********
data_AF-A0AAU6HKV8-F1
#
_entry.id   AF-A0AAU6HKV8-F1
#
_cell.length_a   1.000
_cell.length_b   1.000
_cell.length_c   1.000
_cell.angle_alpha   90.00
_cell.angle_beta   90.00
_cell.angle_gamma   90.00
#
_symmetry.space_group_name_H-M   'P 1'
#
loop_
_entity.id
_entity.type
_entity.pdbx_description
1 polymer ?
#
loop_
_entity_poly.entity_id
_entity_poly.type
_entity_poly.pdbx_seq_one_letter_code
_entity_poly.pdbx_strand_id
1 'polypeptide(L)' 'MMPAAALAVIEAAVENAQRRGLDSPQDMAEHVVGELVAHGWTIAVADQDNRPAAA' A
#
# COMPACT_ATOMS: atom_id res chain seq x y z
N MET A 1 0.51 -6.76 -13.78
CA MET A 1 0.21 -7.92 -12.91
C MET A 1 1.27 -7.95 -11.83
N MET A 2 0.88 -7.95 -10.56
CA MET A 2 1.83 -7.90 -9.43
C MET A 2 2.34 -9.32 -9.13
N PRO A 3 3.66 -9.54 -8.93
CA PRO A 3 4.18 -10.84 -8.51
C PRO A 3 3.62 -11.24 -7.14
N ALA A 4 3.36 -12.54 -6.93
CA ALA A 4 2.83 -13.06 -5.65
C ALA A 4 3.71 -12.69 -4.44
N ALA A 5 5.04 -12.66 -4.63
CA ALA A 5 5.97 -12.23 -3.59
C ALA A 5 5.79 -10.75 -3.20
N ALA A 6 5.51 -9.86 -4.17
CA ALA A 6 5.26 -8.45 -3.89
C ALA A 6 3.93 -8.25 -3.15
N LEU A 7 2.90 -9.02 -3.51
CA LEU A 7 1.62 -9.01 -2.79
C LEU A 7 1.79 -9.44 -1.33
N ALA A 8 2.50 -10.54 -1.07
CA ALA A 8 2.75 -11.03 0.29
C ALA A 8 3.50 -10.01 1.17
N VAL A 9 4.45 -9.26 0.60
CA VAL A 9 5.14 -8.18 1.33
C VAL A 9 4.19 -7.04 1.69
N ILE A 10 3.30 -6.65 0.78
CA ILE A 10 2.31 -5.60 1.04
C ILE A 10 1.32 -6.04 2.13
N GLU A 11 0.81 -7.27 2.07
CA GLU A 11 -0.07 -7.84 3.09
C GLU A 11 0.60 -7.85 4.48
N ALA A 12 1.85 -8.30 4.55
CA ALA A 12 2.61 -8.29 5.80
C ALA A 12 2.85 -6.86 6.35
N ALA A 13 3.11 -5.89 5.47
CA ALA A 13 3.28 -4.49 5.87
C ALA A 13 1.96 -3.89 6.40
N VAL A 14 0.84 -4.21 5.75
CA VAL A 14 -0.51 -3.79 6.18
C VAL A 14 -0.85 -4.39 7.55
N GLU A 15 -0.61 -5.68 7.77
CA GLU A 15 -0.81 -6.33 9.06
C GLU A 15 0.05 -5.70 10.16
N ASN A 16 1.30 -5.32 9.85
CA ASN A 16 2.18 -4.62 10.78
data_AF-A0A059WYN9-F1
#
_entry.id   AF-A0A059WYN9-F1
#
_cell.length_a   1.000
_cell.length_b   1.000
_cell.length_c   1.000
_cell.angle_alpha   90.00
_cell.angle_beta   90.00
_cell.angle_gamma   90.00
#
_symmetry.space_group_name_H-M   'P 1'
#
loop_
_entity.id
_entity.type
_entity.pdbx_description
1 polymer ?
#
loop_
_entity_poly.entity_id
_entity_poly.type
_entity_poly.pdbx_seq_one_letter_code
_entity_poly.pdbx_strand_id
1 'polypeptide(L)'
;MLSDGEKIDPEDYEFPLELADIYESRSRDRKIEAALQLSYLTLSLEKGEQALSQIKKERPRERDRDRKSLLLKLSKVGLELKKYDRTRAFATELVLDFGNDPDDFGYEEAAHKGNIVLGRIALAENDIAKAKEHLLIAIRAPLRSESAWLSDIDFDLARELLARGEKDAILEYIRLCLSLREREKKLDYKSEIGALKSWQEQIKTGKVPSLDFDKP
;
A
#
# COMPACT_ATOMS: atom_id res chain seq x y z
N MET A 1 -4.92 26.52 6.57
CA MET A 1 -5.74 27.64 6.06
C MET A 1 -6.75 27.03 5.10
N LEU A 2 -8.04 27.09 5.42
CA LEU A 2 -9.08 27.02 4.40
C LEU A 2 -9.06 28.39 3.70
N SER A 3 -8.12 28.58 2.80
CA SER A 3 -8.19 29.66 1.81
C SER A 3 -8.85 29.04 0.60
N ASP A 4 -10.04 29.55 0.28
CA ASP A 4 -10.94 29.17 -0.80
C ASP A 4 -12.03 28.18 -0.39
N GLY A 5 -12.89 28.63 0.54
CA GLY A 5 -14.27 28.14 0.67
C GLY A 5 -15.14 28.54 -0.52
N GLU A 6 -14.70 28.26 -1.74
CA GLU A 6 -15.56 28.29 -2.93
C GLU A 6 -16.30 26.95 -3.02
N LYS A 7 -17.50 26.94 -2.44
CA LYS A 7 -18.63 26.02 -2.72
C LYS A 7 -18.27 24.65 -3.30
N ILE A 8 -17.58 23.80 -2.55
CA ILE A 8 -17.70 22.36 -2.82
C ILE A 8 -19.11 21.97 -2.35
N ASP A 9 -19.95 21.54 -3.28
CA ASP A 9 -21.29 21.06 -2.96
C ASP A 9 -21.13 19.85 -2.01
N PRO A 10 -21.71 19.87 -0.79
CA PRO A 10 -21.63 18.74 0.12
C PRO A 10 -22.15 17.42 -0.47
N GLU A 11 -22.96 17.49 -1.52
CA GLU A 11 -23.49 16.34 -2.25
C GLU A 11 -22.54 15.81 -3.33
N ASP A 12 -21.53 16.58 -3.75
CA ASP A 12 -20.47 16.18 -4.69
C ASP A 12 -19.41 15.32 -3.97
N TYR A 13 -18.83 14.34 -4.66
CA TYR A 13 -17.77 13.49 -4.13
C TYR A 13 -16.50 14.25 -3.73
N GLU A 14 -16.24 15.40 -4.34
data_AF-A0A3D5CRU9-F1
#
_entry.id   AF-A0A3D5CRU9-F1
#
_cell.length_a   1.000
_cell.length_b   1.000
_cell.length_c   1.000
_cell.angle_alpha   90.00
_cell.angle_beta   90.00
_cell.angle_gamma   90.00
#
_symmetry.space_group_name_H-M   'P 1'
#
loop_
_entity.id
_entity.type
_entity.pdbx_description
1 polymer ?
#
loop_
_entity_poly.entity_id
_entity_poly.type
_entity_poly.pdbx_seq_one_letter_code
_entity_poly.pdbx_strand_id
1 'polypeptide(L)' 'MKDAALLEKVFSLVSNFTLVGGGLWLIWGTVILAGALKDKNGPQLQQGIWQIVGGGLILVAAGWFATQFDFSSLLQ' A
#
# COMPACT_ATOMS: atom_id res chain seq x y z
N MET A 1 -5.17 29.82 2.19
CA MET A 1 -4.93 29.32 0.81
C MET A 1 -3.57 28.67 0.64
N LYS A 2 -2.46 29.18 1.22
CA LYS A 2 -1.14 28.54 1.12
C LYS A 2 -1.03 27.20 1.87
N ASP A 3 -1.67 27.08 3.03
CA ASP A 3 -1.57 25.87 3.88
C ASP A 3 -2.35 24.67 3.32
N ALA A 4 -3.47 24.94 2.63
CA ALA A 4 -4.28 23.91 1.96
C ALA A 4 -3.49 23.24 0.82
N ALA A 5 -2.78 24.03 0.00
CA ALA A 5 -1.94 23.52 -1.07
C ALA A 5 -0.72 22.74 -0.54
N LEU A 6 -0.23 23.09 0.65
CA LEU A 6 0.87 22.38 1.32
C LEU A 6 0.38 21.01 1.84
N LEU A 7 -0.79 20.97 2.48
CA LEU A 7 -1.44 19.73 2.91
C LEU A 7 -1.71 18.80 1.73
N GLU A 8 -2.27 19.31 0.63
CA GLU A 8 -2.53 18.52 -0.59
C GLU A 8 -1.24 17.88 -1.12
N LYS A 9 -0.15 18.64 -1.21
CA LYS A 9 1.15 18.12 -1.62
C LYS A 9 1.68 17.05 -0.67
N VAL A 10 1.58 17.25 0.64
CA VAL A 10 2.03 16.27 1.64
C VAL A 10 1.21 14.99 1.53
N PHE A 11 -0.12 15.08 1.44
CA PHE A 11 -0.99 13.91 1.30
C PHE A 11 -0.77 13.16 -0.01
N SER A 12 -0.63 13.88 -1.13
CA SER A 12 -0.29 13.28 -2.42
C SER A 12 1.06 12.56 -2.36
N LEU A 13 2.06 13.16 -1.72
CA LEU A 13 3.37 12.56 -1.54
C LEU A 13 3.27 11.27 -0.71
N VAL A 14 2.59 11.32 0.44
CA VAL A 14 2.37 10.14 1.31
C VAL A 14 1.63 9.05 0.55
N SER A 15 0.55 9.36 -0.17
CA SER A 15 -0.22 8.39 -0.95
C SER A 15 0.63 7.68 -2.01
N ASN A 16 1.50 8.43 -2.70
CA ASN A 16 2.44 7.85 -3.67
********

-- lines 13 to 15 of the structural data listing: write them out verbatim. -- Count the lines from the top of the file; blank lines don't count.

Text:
#
loop_
_entity.id